To drive the point home, a venue often will provide a post-game debriefing, in which attendees can examine the lessons they’ve learned and apply them to the workplace. (For a way to use gaming themes anywhere, see “Sure Bets
And what about the attendee whose compulsive or self-destructive tendencies suddenly manifest themselves at the blackjack table? While no one wants to see an employee gamble away half his salary, planners agree a company can’t take responsibility for a newly indebted attendee. As Marina Nicola of the Las Vegas Convention & Visitors Authority points out, “We are talking about adults here.” - MORTON D. ROSENBAUM
Gaming in this state is a two-horse race, with the 1,400-room
Foxwoods Resort Casino and 1,200-room
Mohegan Sun Casino, Hotel & Spa going neck and
neck to secure group business.
The Mashantucket Pequot Tribal Nation, owners of
Foxwoods, will finish up a $99 million expansion
of the property later this summer. The project will provide added
parking, several restaurants and 20,000 square feet of gaming
space. The resort has 55,000 square feet of meeting and function
Meanwhile, Mohegan Sun still is basking in the
light of its two-year-old Project Sunburst, which added a
1,200-room hotel, a 10,000-seat arena and 100,000 square feet of
meeting and exhibit space.
Native American gaming in Florida recently has made the leap from
mere bingo halls to splashy, Las Vegas-style resort-casinos. The
Seminole Tribe of Florida is spearheading the charge, with two
recently opened properties.
The first, the Seminole Hard Rock Hotel &
Casino, opened in Tampa in March. The $100 million resort
with its 12-story, 250-room hotel tower features a spa, a pool, a
90,000-square-foot casino and 10,000 square feet of meeting
In April, the $200 million Seminole Hard Rock Hotel
& Resort opened in Hollywood, close to Miami. It, too,
has a spa, as well as 500 guest rooms, 130,000 square feet of
casino space and 25,000 square feet of indoor meeting space,
including a 16,000-square-foot ballroom. An 80,000-square-foot
outdoor event space also is available.
Like the states of Louisiana and Mississippi, Indiana
requires all casinos to float, although the definition of
“floating” seems to be fluid. In Indiana, for example, casino
barges can opt either to cruise or dock permanently.
One gaming property that has chosen to weigh anchor is the
Belterra Casino Resort, which plies the Ohio
River. The Belterra finished a $35 million expansion in May that
added 300 more guest rooms for a total of 608. Owned by Las
Vegas-based Pinnacle Entertainment Inc., the resort also added
extra meeting space, for a new total of 35,000 square feet.
The Pelican State has only one land-based casino, Harrah’s
New Orleans; all other casinos in the state have to float
in some manner. After several years of negotiations, Harrah’s is
getting a 450-room hotel. Final approval came in March, with the
$142 million project expected to open early in 2006.
Meanwhile, Pinnacle Entertainment is developing a $325 million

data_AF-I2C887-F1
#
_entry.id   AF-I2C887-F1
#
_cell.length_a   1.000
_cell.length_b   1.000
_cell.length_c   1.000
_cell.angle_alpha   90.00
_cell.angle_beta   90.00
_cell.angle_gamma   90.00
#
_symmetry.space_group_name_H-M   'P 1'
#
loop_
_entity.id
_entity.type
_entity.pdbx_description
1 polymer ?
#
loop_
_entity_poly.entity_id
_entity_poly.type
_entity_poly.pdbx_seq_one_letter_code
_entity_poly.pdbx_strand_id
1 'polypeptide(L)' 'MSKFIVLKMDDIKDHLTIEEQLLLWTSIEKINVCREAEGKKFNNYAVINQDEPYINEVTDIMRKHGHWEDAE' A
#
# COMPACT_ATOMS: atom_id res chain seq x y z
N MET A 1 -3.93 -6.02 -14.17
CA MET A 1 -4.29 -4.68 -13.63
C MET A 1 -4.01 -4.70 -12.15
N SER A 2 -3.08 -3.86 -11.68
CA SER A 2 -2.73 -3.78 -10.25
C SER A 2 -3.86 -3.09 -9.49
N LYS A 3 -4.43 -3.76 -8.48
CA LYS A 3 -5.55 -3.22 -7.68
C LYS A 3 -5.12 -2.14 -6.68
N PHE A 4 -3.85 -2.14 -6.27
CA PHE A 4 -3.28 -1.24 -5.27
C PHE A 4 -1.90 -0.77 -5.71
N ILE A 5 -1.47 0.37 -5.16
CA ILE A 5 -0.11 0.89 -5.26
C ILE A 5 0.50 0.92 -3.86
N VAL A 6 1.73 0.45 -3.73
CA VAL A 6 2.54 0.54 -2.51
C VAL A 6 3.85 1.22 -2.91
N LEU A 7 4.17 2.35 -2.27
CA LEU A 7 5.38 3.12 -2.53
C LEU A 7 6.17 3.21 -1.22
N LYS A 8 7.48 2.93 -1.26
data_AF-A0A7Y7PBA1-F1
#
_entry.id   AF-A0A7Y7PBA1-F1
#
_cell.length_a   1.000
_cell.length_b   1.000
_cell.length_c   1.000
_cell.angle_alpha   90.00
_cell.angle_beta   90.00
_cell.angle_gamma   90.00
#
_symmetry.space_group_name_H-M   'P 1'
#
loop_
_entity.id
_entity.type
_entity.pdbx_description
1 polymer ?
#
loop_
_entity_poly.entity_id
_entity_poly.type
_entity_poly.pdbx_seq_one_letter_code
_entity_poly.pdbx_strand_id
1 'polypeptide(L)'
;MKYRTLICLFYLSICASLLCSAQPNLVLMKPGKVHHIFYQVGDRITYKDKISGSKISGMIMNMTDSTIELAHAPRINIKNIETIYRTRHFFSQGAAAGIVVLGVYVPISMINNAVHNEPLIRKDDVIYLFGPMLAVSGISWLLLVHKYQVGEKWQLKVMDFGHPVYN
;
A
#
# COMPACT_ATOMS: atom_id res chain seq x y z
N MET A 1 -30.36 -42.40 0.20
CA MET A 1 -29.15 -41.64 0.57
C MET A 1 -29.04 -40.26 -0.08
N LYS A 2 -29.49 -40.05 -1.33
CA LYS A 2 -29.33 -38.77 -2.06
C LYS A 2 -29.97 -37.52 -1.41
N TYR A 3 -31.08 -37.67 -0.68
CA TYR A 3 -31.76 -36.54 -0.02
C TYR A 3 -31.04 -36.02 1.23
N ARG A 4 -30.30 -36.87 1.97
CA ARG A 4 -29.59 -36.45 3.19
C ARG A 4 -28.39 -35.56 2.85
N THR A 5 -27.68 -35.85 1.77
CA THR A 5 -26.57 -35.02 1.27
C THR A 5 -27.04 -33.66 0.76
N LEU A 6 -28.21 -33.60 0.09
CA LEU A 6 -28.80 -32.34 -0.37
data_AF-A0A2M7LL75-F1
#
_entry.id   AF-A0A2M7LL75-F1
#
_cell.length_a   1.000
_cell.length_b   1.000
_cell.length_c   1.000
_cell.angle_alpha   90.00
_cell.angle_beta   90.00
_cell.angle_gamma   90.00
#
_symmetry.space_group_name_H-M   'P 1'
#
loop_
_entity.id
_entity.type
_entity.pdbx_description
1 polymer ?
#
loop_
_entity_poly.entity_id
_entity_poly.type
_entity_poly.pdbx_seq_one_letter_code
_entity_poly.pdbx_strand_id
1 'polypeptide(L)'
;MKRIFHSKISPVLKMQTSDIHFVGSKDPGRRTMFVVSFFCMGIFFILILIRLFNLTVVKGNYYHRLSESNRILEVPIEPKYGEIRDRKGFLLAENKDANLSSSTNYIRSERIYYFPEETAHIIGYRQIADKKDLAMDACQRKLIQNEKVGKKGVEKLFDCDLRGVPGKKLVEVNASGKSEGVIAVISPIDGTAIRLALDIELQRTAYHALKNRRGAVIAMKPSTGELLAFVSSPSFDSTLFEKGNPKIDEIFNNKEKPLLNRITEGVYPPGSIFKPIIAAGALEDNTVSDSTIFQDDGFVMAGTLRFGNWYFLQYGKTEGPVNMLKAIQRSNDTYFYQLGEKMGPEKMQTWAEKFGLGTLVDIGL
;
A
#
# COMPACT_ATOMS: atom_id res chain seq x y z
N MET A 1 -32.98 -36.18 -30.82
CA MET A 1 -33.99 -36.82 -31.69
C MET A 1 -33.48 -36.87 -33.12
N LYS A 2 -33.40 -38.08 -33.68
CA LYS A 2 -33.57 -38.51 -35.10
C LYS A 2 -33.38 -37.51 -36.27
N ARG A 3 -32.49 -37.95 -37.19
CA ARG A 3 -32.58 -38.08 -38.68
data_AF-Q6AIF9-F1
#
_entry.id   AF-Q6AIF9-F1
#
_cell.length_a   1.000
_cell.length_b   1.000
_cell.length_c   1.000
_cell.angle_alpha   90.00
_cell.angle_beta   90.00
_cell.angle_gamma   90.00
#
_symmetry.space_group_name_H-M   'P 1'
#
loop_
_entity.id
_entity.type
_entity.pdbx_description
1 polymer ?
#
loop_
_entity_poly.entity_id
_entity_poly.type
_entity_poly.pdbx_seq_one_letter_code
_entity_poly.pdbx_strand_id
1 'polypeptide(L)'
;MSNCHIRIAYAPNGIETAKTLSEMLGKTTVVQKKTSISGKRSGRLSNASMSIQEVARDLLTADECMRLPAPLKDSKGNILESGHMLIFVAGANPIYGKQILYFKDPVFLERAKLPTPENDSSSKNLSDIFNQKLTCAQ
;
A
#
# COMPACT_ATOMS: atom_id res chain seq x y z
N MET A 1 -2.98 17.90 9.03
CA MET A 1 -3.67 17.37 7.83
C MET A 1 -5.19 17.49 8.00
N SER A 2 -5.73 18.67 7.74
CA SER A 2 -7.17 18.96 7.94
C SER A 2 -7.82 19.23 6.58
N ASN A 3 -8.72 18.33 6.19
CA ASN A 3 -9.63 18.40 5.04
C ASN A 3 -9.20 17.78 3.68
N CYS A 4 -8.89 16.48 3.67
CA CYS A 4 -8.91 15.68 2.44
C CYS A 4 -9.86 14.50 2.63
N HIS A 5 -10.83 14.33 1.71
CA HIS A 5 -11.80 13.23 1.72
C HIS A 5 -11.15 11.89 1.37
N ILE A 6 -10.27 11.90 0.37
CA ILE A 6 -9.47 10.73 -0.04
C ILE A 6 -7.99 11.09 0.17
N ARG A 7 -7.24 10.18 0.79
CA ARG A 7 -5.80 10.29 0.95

casino-resort, including a 48,490-square-foot gaming barge, on 227
acres of land in Lake Charles, 150 miles west of New Orleans. No
name has been given to the property as of press time, but plans
call for a 721-room hotel tower, five restaurants, a spa, a Tom
Fazio-designed golf course and almost 30,000 square feet of meeting
space. The project is set for spring 2005 completion.
Casino development in Detroit should pick up pace as the city
prepares for Superbowl XL in 2006.
Following a settlement of legal issues last November between
the Lac Vieux Desert Band of Lake Superior Native Americans and the
Greektown and MotorCity casinos,
the two gaming concerns now are free to build expanded
establishments; a third entity, the MGM Grand Detroit
Casino, has not yet settled with the tribe. All three
properties have city permission to build 400-room hotels.
Owned by Las Vegas-based Mandalay Bay Corp., the MotorCity
Casino also plans to add several restaurants and 25,000 square feet
of gaming space for a total of 100,000 square feet, while Greektown
Casino and MGM Grand Detroit Casino are moving to new sites.
Greektown’s new home will be opposite Ford Field, home of the
city’s football team, the Detroit Lions.
In other parts of the state, gaming is Native American-owned
and -managed. The Sault Ste. Marie Tribe of Chippewa Indians (the
majority stakeholder of the Greektown Casino) owns five Upper
Peninsula casinos; all are to be renovated in the next few years.
At the tribe’s flagship property, the Kewadin
Sault, renovations recently were completed to 52 of the
total 300 guest rooms, while work now progresses on makeovers to
one of the two gaming floors, an art gallery and a restaurant. The
resort has 30,000 square feet of meeting space, including the
1,500-seat DreamMaker Theater.
Another Sault Ste. Marie tribal offering, the Kewadin
St. Ignace, began a complete rebuilding in May. The new
110,000-square-foot property will include an 83-room hotel, a
225-seat restaurant and a 125-seat lounge, along with its 50,000
square feet of casino space. Work will finish late next year.
The Grand Traverse Band of
Ottawa and Chippewa Indians in May finished a $10 million
renovation to the 238-room Grand Traverse Resort and
Spa (right). The Traverse City resort
has made improvements on all 54 holes of golf, the gym and all
guest rooms. Work to its signature restaurant and executive-level
guest rooms will begin late this year. The property offers 85,000
square feet of meeting space and shuttle service to its sibling
casino, Turtle Creek, four miles away.
Most activity is taking place on the Mississippi Gulf Coast, the
state’s major gaming center. At year’s end, construction will begin
on the 400-room Rock-n-Roll Casino in Biloxi. The
$140 million property will have 35,000 square feet of gaming space
and 40,000 square feet of restaurant and retail space. The facility
also will have a 30-berth marina.